(C) the incorporated material does not include proprietary data that is not available for review and comment.
(Added Pub. L. 114–94, div. A, title I, § 1311(a), Dec. 4, 2015, 129 Stat. 1398.)
§ 305.
Transportation investment standards and criteria
(a)
Subject to sections 301–304 1
1 See References in Text note below.
of this title, the Secretary of Transportation shall develop standards and criteria to formulate and economically evaluate all proposals for investing amounts of the United States Government in transportation facilities and equipment. Based on experience, the Secretary shall revise the standards and criteria. When approved by Congress, the Secretary shall prescribe standards and criteria developed or revised under this subsection. This subsection does not apply to—
(1) the acquisition of transportation facilities or equipment by a department, agency, or instrumentality of the Government to provide transportation for its use;
(2) an inter-oceanic canal located outside the 48 contiguous States;
(3) defense features included at the direction of the Department of Defense in designing and constructing civil air, sea, or land transportation;
(4) foreign assistance programs;
(5) water resources projects; or
(6) grant-in-aid programs authorized by law.
(b)
A department, agency, or instrumentality of the Government preparing a survey, plan, or report that includes a proposal about which the Secretary has prescribed standards and criteria under subsection (a) of this section shall—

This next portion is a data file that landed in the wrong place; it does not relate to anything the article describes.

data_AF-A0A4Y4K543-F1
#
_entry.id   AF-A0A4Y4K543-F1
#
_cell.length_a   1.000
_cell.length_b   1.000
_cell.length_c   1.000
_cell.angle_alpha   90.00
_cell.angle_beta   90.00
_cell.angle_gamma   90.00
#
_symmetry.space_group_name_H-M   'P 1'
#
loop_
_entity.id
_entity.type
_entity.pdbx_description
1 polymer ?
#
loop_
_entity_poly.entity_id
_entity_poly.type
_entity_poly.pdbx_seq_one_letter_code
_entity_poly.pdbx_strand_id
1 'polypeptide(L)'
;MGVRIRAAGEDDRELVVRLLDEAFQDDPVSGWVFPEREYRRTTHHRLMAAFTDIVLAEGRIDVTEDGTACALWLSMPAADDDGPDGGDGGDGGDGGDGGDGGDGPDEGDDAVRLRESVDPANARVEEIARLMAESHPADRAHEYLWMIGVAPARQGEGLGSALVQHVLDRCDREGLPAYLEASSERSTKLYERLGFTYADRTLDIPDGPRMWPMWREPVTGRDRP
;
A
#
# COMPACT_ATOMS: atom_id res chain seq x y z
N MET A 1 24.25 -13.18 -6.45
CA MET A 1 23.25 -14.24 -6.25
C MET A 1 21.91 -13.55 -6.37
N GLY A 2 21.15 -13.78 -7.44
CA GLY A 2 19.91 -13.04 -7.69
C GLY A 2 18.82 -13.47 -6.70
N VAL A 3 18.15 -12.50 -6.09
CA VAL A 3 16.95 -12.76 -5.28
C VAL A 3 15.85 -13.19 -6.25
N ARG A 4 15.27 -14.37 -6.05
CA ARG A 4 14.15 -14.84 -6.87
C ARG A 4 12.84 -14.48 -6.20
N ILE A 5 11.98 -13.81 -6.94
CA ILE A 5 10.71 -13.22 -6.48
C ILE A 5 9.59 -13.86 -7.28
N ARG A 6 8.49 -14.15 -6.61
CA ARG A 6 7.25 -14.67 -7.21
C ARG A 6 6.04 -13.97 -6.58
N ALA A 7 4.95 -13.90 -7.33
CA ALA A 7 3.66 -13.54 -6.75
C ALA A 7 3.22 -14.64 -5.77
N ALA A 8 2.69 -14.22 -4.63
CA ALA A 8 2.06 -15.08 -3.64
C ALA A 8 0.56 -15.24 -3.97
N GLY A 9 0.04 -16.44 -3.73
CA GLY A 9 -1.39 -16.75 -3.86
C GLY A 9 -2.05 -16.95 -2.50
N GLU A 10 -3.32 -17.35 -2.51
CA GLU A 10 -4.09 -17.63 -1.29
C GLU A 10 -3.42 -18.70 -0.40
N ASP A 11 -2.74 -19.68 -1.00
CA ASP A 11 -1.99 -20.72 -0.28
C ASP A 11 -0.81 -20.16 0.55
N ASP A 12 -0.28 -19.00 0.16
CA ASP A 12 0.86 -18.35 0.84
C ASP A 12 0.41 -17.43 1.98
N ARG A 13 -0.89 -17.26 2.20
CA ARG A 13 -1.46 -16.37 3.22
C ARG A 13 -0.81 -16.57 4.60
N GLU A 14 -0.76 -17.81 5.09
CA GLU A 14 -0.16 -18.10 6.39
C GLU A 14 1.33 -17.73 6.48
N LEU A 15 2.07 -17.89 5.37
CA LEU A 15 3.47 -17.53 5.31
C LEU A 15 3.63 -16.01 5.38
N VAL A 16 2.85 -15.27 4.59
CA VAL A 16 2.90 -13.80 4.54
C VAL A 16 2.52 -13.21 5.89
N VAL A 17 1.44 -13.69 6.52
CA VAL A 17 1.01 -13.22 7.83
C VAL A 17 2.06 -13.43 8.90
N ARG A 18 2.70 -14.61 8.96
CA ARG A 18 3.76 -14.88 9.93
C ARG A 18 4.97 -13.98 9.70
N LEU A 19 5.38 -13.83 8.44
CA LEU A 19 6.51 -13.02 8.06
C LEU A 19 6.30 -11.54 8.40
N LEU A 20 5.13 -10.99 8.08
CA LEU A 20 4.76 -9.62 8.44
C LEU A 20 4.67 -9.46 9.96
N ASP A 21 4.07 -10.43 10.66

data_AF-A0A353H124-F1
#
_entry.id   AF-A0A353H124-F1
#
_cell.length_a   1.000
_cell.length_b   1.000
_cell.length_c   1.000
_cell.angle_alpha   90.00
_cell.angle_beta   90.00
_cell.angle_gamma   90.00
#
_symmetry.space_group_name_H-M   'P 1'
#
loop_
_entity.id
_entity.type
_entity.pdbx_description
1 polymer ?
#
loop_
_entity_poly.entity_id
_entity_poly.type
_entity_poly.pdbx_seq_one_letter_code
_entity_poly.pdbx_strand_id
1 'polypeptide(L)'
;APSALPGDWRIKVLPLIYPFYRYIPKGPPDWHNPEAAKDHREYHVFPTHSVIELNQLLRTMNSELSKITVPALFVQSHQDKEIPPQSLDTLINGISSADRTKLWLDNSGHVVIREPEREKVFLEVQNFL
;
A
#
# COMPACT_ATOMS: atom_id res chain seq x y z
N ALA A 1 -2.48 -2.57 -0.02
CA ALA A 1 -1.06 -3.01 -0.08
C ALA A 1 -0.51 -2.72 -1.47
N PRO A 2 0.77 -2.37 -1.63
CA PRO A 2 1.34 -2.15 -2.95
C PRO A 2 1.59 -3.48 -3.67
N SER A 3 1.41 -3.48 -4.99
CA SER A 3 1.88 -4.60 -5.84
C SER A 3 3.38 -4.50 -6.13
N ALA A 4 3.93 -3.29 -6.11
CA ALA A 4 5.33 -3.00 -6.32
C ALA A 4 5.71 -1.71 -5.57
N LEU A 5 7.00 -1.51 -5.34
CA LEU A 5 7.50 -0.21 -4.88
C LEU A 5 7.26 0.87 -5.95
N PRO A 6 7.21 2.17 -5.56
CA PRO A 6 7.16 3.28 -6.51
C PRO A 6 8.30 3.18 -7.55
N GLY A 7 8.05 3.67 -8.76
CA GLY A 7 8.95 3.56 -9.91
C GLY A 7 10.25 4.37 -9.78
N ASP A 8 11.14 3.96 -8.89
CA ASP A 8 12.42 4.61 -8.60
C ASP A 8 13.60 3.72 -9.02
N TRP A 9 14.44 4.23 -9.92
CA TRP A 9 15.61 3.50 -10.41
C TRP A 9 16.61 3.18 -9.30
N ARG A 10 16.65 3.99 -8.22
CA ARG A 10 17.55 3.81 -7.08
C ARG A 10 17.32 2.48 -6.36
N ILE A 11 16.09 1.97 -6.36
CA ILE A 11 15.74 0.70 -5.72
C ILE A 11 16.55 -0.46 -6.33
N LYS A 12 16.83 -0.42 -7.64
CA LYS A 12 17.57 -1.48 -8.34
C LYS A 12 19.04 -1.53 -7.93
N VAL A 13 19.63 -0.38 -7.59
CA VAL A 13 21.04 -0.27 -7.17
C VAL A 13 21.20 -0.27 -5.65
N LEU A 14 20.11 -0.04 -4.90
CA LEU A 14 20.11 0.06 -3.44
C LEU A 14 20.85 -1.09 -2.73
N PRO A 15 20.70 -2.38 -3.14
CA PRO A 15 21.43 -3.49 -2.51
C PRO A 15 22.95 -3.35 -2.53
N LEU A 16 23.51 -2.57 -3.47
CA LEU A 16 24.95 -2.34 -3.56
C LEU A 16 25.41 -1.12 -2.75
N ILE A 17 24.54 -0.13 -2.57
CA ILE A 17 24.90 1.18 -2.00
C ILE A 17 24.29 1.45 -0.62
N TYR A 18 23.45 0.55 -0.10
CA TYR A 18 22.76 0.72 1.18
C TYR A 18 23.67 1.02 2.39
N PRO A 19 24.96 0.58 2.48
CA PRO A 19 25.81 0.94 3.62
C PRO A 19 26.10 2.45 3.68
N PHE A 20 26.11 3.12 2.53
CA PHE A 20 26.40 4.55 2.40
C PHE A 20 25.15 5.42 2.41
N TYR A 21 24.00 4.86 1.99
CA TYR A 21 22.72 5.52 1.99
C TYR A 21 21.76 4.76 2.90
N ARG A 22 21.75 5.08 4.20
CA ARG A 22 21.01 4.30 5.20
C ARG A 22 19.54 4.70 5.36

(1)
prepare the survey, plan, or report under those standards and criteria and on the basis of information provided by the Secretary on the—
(A) projected growth of transportation needs and traffic in the affected area;
(B) the relative efficiency of various modes of transportation;
(C) the available transportation services in the area; and
(D) the general effect of the proposed investment on existing modes of transportation and on the regional and national economy;
(2)
coordinate the survey, plan, or report—
(A) with the Secretary and include the views and comments of the Secretary; and
(B) as appropriate, with other departments, agencies, and instrumentalities of the Government, States, and local governments, and include their views and comments; and
(3) send the survey, plan, or report to the President for disposition under law and procedure established by the President.
(Pub. L. 97–449, § 1(b), Jan. 12, 1983, 96 Stat. 2420.)
§ 306.
Prohibited discrimination
(a) In this section, “financial assistance” includes obligation guarantees.
(b) A person in the United States may not be excluded from participating in, be denied the benefits of, or be subject to discrimination under, a project, program, or activity because of race, color, national origin, or sex when any part of the project, program, or activity is financed through financial assistance under section 332 or 333 or chapter 221 or 249 of this title, section 211 or 216 of the Regional Rail Reorganization Act of 1973 (45 U.S.C. 721, 726), or title V of the Railroad Revitalization and Regulatory Reform Act of 1976 (45 U.S.C. 821 et seq.).